« EelmineJätka »
inhabited mostly by half-breeds, and slung our hammocks for the night in a small thatched house belonging to the mining company, who kept many of their draught bullocks at this place on account of the excellent pasture around. The village of Esquipula is built near the river Mico, which, rising in the forest-clad ranges to the eastward, runs for several miles through the savannahs, then again enters the forest and flows into the Atlantic at Blewfields, a broad and deep river. This river must have had at one time a large Indian population dwelling in settled towns near its banks. Their burial-places, marked with great heaps of stones, are frequent, and pieces of pottery, broken stone statues and pedestals are often met with. Near Esquipula there are some artificial-looking mounds, with great stones set round them ; in fact, this and another village, a few miles to the south, called San Tomas, are, I believe, both built on the sites of old Indian towns. The Indians of the Rio Mico gave the Spaniards some trouble on their first settlement of the country. About two leagues from Acoyapo, the site of a small town was pointed out to me, now covered with low trees and brushwood. Here the Spaniards were attacked in the night-time by the Rio Mico Indians, and all of them killed, excepting the young women, who were carried off into captivity, and the place has ever since lain desolate.
Many extravagant stories have been told of the great statues that are said to have been seen on the banks of the Mico, much lower down the river than where we crossed it; but M. Etienne, of Libertad, who descended it to Blewfields, and some Ulleros of San Thomas, Ch. IV.]
SAVANNAHS AND FOREST.
who had frequently been down it after india-rubber, assured me that the reported statues were merely rude carvings of faces and animals on the rocks. They appear to be similar to what are found on many rivers running into the Caribbean Sea, and to those which were examined by Schomburgk on the rocks of the Orinoco and Essequibo. As others like them, of undoubted Carib workmanship, have been found in the Virgin Islands, it is possible that they are all the work of that once-powerful race, and not of the settled agricultural and statue-making Indians of the western part of the continent.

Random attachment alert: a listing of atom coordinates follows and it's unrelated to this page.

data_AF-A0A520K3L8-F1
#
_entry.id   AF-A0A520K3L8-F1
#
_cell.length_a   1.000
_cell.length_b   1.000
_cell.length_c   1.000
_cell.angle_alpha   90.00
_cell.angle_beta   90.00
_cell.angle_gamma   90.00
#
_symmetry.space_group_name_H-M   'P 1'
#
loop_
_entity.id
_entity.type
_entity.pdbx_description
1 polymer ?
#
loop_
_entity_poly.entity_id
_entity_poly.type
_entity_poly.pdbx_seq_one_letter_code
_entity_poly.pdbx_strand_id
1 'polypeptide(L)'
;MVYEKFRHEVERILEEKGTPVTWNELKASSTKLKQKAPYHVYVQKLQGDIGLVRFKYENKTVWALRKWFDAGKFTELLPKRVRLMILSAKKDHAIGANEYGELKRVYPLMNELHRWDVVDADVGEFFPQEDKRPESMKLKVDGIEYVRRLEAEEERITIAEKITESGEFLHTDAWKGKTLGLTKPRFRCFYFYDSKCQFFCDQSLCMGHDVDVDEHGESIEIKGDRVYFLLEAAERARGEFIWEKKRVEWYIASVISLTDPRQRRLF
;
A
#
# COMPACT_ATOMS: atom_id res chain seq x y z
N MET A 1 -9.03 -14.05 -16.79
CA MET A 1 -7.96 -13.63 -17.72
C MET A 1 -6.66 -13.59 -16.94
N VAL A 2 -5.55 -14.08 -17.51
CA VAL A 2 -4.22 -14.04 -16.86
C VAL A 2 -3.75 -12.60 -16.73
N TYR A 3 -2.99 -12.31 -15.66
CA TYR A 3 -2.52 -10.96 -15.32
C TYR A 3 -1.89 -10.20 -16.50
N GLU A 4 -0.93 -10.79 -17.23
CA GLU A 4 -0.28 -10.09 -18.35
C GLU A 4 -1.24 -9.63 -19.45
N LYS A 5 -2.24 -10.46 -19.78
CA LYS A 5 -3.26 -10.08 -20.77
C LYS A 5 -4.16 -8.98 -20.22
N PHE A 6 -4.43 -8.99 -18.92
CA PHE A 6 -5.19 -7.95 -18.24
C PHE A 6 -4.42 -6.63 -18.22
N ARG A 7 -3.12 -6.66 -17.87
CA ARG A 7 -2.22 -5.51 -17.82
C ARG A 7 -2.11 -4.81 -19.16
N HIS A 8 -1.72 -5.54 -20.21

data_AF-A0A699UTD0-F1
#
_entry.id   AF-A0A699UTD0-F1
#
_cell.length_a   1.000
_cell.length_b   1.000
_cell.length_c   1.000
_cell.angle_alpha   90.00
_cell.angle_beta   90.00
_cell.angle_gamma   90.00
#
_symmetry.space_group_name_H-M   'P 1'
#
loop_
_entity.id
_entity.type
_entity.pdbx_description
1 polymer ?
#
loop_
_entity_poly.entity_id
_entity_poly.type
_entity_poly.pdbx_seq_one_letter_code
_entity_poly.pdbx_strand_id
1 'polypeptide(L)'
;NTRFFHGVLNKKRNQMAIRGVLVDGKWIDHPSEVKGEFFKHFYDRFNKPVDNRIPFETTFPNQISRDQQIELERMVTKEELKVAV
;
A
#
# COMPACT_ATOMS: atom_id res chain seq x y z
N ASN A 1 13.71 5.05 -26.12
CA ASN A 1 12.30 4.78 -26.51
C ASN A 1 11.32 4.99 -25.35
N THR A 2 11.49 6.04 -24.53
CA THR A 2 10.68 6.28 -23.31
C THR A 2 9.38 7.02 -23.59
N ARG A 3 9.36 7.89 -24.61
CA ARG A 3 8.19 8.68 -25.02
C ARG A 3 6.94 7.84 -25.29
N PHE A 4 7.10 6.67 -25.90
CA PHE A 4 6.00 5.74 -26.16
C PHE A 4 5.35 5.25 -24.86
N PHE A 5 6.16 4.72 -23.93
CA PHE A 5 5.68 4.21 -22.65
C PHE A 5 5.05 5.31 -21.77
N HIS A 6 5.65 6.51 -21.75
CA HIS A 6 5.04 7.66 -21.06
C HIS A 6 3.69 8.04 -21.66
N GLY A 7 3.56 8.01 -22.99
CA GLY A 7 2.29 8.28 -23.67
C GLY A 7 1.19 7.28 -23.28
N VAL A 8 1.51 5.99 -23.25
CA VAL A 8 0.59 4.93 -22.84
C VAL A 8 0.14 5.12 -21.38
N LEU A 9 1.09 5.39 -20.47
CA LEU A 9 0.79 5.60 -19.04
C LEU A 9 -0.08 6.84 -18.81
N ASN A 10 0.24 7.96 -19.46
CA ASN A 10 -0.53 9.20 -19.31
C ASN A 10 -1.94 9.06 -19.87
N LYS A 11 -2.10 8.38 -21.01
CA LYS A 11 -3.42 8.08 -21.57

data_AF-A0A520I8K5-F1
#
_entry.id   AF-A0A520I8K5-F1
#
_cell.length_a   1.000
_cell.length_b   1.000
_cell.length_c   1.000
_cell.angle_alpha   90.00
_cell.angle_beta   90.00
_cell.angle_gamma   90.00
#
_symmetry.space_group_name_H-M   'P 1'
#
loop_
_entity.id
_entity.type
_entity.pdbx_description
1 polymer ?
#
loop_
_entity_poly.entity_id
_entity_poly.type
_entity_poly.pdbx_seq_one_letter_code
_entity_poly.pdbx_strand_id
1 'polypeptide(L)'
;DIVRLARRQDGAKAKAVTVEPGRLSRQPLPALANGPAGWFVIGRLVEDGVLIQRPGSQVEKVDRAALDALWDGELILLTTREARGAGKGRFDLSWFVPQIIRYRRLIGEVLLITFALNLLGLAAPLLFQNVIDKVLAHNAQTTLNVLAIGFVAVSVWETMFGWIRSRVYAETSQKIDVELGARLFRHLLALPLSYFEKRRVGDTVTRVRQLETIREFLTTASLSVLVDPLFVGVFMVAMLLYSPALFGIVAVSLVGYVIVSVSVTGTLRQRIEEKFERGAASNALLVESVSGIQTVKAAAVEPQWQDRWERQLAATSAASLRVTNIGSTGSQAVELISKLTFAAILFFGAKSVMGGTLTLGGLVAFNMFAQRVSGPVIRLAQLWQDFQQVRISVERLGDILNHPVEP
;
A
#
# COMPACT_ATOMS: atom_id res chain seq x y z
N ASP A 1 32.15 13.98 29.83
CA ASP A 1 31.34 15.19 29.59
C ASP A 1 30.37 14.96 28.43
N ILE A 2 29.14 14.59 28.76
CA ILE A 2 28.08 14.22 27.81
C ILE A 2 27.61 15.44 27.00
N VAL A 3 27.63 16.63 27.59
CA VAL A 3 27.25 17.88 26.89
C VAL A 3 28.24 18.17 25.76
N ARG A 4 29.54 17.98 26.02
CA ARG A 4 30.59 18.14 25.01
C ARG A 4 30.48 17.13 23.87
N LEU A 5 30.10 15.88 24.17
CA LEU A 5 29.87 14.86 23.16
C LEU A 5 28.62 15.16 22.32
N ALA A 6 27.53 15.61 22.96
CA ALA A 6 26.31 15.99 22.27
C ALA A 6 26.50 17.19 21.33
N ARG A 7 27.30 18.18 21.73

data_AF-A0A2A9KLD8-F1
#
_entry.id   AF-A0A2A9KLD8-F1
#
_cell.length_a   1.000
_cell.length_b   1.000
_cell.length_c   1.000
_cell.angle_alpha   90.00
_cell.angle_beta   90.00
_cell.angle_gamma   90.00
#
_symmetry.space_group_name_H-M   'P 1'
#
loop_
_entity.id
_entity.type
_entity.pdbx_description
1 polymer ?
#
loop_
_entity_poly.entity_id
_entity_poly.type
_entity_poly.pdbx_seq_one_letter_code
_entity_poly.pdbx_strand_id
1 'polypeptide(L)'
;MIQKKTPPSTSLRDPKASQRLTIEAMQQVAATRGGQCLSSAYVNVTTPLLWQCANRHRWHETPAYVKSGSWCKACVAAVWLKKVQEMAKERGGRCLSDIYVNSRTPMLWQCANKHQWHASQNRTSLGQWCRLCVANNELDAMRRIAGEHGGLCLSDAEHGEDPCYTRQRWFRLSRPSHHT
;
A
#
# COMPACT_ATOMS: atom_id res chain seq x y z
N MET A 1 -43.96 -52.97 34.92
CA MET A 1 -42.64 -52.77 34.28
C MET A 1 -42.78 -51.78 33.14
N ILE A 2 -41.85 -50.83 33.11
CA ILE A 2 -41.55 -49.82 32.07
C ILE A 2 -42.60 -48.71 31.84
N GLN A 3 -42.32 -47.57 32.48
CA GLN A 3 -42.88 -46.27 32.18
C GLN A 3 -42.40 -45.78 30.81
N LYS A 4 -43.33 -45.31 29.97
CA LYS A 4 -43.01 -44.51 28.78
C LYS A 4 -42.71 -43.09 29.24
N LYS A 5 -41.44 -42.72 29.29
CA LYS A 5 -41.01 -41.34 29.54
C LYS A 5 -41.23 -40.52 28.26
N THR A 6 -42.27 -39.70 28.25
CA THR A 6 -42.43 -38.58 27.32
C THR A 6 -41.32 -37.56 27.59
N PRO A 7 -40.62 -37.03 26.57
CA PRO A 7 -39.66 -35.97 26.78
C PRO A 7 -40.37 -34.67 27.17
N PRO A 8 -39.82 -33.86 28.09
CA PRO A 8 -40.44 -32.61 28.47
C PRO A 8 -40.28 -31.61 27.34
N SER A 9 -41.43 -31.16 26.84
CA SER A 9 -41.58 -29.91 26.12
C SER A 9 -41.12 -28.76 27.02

We started from Esquipula early next morning, and crossed low thinly-timbered hills and savannahs to Pital, a scattered settlement of many small thatched houses, close to the borders of the great forest; on the edge of which were clearings, made for growing maize, which is cultivated entirely on burnt forest land. At some parts they had already commenced cutting down trees for fresh clearings; these would be burnt in April, and the maize sown the following month, in the usual primitive way, just as it was in Mexico before and at the Spanish conquest. In commencing a clearing, the brushwood is first cut close to the ground, as it would be difficult to do so after the large trees are felled. The big timber is then cut down, and in April it is set fire to. All the small wood and leaves burn well; but most of the large trunks are left, and many of the branches. Most of the latter are cut up to form a fence round the clearing, this at Pital and Esquipula being made very close and high to keep out deer. In May, the maize is sown; the sower makes little holes with a pointed stick, a few feet apart, into each of which he drops two or three grains, and covers them with his foot. In a few days the green leaves shoot up, and grow very quickly. Numerous wild plants also spring up, and in June these are weeded out; the success of the crop greatly depending upon the thoroughness with which this is done. In July each plant has produced two or three ears; and before the grain is set these are pulled off, excepting one, as if more are left they do not mature well. The young ears are boiled whole, and make a tender and much-esteemed vegetable. They are called at this stage " chilote,” from the Aztec xilotl ; and the ancient Mexicans in their eighth month, which began on the 16th July, made a great festival, called the feast of Xilonen. The poor Indians now have often reason to rejoice when this stage is reached, as their stores of corn are generally exhausted before then, and the “chilote” is the first fruits of the new crop. In the beginning of August the grains are fully formed, though still tender and white; and it is eaten as green corn, now called “elote.” In September the maize is ripe, and is gathered when dry, and stowed away, generally over the rooms of the natives. A second crop is often sown in December.